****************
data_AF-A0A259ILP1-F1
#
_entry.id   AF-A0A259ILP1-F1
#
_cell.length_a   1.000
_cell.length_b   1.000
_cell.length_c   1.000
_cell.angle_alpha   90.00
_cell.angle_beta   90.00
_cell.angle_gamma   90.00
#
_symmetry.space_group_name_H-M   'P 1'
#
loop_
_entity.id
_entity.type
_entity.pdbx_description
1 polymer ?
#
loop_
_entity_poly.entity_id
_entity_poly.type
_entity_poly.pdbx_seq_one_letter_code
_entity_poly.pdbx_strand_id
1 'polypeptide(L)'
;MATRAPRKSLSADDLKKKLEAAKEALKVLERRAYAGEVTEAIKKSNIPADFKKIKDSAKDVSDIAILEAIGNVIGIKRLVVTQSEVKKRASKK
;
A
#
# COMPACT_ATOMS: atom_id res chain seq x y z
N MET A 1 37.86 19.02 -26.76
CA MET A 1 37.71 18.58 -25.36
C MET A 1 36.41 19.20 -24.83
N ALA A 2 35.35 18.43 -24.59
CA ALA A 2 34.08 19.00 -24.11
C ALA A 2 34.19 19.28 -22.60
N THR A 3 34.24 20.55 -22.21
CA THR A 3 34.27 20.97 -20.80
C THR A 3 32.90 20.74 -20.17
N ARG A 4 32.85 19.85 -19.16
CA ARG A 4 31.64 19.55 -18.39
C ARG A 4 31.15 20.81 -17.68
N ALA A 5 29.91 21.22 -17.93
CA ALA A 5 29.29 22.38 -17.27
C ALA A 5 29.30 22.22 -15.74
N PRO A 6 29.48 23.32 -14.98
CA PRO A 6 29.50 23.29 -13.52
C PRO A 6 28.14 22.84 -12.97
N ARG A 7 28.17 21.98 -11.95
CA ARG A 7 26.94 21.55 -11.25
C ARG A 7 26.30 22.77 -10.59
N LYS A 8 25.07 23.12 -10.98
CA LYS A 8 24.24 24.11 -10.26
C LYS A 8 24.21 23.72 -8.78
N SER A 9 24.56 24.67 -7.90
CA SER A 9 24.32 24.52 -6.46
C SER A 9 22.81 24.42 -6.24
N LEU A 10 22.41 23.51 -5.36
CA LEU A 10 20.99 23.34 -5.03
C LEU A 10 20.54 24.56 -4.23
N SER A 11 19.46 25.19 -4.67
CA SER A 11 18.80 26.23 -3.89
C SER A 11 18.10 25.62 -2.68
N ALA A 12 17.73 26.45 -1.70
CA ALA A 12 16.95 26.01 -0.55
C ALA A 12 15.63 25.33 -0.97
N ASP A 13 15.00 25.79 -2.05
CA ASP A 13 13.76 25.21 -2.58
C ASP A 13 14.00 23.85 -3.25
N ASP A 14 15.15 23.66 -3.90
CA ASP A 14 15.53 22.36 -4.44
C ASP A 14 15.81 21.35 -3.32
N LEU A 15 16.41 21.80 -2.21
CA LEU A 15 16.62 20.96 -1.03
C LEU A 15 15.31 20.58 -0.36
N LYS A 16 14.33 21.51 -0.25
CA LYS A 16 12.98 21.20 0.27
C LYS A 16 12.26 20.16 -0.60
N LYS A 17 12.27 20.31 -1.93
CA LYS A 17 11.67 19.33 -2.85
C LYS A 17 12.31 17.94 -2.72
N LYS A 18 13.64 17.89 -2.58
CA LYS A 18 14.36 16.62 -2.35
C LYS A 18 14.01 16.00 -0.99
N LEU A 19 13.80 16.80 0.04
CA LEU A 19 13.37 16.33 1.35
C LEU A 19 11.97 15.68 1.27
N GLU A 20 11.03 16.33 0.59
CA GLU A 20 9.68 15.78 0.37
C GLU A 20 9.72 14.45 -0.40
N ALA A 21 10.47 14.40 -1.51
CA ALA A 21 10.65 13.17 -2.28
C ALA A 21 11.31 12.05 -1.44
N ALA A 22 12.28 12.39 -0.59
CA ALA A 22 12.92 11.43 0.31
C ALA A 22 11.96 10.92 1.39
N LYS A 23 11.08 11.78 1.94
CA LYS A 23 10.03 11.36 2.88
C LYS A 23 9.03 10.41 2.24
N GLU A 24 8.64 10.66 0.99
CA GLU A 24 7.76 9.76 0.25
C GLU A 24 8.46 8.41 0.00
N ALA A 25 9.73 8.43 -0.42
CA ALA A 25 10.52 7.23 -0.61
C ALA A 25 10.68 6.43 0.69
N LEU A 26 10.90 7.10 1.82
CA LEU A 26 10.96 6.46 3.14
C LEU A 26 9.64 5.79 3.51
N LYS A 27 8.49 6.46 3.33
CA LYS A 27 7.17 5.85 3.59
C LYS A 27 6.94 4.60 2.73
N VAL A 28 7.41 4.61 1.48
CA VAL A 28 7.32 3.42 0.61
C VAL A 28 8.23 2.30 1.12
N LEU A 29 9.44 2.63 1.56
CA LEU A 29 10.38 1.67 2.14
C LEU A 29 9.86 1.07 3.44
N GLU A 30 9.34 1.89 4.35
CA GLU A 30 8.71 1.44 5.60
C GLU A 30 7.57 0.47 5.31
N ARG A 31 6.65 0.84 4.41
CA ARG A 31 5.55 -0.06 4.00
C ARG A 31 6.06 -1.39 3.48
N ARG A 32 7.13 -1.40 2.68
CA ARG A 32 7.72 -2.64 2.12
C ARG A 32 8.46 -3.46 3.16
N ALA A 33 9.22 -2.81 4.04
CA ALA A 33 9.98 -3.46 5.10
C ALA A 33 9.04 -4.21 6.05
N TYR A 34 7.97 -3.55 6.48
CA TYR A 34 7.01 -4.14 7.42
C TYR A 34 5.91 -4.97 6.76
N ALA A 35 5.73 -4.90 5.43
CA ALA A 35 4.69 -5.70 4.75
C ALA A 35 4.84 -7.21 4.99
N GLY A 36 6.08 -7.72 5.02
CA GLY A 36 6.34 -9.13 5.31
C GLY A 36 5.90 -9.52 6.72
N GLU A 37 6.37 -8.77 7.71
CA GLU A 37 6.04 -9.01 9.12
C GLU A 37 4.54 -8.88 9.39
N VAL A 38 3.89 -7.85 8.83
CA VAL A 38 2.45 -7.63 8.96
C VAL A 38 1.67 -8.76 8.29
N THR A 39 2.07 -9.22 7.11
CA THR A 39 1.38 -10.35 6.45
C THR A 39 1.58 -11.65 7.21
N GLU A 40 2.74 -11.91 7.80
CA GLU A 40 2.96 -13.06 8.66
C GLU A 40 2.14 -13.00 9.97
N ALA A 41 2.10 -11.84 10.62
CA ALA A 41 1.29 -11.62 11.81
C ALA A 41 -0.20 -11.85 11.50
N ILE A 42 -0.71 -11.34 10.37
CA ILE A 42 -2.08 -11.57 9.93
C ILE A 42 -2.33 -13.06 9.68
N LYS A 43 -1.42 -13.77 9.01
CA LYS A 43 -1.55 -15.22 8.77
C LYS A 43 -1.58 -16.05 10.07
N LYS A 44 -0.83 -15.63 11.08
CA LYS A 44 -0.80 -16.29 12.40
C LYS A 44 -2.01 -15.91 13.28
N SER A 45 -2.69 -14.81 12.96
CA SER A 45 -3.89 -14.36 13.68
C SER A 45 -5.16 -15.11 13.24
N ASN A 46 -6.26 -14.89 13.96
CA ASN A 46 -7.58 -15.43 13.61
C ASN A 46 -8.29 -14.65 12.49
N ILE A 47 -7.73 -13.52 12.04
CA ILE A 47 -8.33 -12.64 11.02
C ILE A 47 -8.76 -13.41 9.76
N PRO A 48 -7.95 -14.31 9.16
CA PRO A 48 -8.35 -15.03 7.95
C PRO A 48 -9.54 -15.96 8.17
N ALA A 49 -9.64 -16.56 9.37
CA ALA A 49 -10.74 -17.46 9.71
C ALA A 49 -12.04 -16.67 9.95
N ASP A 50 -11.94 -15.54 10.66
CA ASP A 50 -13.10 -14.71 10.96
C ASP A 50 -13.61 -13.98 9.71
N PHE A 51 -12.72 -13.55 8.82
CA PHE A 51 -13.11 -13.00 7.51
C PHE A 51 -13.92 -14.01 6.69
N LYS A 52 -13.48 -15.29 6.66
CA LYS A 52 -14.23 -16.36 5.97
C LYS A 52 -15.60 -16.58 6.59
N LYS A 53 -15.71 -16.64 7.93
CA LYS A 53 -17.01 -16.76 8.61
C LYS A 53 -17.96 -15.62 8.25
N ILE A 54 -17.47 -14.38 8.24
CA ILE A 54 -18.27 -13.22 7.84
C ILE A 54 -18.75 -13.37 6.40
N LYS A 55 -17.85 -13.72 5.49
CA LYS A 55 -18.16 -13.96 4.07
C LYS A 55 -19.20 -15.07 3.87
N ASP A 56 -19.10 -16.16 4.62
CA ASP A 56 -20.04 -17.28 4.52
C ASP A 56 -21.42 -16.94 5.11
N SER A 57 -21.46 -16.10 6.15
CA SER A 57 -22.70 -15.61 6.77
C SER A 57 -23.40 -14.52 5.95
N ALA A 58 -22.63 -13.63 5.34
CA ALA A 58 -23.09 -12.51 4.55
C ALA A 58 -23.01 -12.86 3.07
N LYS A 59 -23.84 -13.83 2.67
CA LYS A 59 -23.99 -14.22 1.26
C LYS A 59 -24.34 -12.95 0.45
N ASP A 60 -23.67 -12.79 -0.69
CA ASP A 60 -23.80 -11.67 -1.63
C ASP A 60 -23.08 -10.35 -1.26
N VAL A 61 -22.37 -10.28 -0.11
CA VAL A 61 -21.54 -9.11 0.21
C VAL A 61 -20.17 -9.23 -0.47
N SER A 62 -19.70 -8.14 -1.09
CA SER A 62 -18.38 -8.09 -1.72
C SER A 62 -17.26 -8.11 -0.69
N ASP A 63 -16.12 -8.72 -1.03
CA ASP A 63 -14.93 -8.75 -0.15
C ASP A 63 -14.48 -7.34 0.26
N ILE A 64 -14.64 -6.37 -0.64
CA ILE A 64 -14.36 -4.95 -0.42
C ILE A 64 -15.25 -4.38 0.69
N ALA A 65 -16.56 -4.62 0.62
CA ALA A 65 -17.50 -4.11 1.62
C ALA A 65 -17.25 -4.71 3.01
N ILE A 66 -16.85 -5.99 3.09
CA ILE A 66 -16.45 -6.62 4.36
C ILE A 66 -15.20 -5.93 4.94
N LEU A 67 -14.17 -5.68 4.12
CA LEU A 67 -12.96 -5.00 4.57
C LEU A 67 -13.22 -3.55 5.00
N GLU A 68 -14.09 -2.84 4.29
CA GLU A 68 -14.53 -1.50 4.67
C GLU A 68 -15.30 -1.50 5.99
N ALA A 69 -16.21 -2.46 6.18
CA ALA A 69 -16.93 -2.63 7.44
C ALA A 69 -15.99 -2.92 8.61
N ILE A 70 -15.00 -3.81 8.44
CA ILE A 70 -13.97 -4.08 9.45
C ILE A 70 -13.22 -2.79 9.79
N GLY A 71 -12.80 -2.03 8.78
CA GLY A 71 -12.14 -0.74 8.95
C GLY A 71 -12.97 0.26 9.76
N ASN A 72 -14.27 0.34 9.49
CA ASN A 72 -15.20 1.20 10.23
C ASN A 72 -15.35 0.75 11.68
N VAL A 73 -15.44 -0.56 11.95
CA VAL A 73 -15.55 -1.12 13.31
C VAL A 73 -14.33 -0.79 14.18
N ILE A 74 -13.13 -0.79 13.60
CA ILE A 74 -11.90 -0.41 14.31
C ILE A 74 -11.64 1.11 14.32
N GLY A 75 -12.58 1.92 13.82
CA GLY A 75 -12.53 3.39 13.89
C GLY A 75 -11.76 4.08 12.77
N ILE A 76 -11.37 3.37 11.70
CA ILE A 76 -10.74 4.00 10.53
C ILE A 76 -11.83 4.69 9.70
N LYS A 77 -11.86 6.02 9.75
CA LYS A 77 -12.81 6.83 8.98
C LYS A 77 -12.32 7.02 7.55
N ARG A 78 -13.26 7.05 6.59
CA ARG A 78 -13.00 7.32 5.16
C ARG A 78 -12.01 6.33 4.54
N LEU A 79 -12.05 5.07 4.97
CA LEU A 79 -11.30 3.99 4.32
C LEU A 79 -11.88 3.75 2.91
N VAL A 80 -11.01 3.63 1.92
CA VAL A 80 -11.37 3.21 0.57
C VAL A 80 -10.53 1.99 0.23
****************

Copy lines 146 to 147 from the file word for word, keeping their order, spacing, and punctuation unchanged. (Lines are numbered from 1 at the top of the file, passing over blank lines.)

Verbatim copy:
CA THR A 39 1.38 -10.35 6.45
C THR A 39 1.58 -11.65 7.21